Five Ultralight Habits Every Hiker Should Know

Ultralighters are the oddballs of the hiking world. Whether it’s wearing a combination poncho-tarp or cold-soaking their meals to avoid carrying a camp stove, some of the ideas that ultralighters consider rational may strike other backpackers as ridiculous. And while ultralight hikers can be overzealous and prone to experimentation, their most common habits are rooted in common sense. Due to the limits of their gear, ultralighters often find creative ways to get warm, stay comfortable, and enjoy their hikes while carrying less. And that’s something any hiker can appreciate: Whether you’re looking to lighten your load or you’re perfectly content with the weight of your backpack, adopting these five habits can make your next backpacking trip a little easier.

Choose your campsite wisely

Every backpacker is on the lookout for a perfect campsite. To some, that might mean a great viewpoint to watch the sunset. For ultralighters armed with diminutive tarps and tents, the ideal site might not be scenic at all. Wind and condensation can overwhelm ultralight shelters, so finding a campsite that can provide extra weather protection is a top priority. If there’s rain in the forecast, find a stand of trees that will capture most of the precipitation to avoid rain splash. In windy conditions, look for a natural windbreak and arrange your shelter to shield it from the prevailing wind. Avoid gullies, draws, and other low points, where cold air can pool at night and cause condensation issues. 

filtering water
Drinking at every source means you can carry less water on your back. (Photo: stockstudioX via Getty)

View each water source like a precious gift

There’s no question that water is a vital resource on a hiking trip. It’s also one of the heaviest things you can carry, so ultralighters are constantly calculating their water needs down to the drop. Many ultralighters try to make the most of every water source by drinking at least a liter every time they stop to filter. In places with ample water sources (many sections of the Appalachian Trail, for example, have a reliable source every three to five miles), a hiker using this method can bounce from source to source throughout the day without ever carrying more than a liter in their pack. 

Soak your dinner before you start cooking

Ultralight stoves aren’t always the most efficient. Whether fueled by alcohol, wood, or Esbit tabs, the lightest stoves aren’t designed for extended cooking times. It doesn’t take many nights of eating crunchy, half-cooked noodles before you start looking for a solution to your culinary woes. An ultralight fix? Add a splash of water to dinner well before you actually sit down to start cooking. For some, this might be as simple as adding water to their instant rice while they set up camp. A more committed approach would be to pack dinner in a zip-top bag, and soak it all day while hiking. Those extra hours can ensure a well-cooked meal without relying on your stove to bring a full pot of water to a rolling boil, saving time and fuel. Some enterprising ultralighters take this a step further, and opt for a cold-soak method that allows them to leave the stove at home. Giving up the luxury of hot meals is a decision that shouldn’t be made lightly, though.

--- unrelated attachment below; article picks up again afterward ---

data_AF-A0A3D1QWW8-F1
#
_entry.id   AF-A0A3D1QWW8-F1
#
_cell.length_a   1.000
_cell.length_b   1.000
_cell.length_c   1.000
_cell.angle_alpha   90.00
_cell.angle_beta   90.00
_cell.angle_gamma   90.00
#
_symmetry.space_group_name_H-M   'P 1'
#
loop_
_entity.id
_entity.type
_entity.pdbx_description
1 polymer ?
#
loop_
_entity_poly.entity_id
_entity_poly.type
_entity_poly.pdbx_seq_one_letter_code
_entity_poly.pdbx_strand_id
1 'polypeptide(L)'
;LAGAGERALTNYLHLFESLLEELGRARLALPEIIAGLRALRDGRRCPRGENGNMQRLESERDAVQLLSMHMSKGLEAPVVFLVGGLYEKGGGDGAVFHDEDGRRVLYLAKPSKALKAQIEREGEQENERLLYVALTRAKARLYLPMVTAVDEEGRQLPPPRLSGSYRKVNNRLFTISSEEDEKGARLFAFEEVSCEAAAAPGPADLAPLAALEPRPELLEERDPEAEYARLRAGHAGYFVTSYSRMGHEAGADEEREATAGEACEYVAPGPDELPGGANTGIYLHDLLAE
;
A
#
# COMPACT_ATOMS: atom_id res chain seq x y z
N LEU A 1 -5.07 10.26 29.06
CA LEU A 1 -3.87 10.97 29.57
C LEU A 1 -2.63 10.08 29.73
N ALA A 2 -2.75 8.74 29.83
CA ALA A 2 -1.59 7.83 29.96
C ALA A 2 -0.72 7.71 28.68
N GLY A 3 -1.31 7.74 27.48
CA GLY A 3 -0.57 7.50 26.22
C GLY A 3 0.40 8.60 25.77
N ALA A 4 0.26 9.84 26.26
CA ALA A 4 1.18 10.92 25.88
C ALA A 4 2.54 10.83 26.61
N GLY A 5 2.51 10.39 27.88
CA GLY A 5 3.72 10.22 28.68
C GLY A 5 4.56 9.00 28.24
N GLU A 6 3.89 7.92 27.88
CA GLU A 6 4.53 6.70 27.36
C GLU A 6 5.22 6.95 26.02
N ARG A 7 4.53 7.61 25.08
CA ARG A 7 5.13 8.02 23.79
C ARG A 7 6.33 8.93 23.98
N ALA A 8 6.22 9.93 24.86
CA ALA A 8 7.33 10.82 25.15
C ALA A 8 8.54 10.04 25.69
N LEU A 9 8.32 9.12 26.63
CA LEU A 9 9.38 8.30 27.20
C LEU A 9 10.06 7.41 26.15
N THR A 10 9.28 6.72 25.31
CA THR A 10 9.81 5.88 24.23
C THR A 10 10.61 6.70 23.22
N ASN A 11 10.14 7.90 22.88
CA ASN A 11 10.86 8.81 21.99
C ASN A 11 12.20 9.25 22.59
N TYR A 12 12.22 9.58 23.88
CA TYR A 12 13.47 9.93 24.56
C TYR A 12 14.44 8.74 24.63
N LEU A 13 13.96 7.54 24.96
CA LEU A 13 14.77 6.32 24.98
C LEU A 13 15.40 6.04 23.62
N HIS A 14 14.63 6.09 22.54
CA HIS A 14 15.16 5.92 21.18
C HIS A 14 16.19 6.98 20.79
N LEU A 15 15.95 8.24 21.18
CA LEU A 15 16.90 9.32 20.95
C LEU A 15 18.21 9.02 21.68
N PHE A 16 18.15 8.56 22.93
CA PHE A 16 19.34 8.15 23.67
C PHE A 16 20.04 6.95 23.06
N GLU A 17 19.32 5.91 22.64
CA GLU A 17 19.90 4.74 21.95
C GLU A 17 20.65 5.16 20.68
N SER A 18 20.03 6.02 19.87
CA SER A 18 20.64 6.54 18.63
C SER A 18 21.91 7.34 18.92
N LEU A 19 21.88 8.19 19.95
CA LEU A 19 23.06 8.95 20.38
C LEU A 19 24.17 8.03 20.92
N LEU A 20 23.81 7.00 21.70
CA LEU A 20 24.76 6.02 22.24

fixing backpack
Removing extra straps and buckles is a great way to drop pack weight. (Photo: Cavan Images via Getty)

Modify your gear

Most backpackers trust gear companies to deliver a product that suits their needs without much extra thought. But to ultralighters, a piece of gear fresh from its packaging is like a blank canvas, ready to be modified into a masterpiece with the help of a pair of scissors or razor blade. Ultralighters take most of these measures with the goal of saving weight. Some, like sawing your toothbrush in half, are a matter of grams rather than ounces, but others offer serious weight savings. Cutting a full-length foam sleeping pad to torso length can nearly halve its weight and save space in your pack. Some backpacks come with an abundance of adjustable webbing, buckles, and extraneous features; making them lighter can be as simple as cutting webbing for the hip belt and shoulder straps shorter, detaching the hydration pack sleeve and sleeping bag compartment divider, and (if you don’t need the extra space) removing the top lid entirely.

Pore over spreadsheets 

For many ultralighters, optimizing their gear is part of the fun. A good portion of that process happens by testing gear on trips, but ultralight gearheads also spend their free time weighing gear on kitchen scales and seeing how their kit stacks up to others in the community. Thanks to websites like Lighterpack, organizing a packing list and sharing it with friends is easier than ever. While it might seem obsessive to a casual observer, quantifying the weight of your gear can be a huge help if you’re serious about going ultralight.

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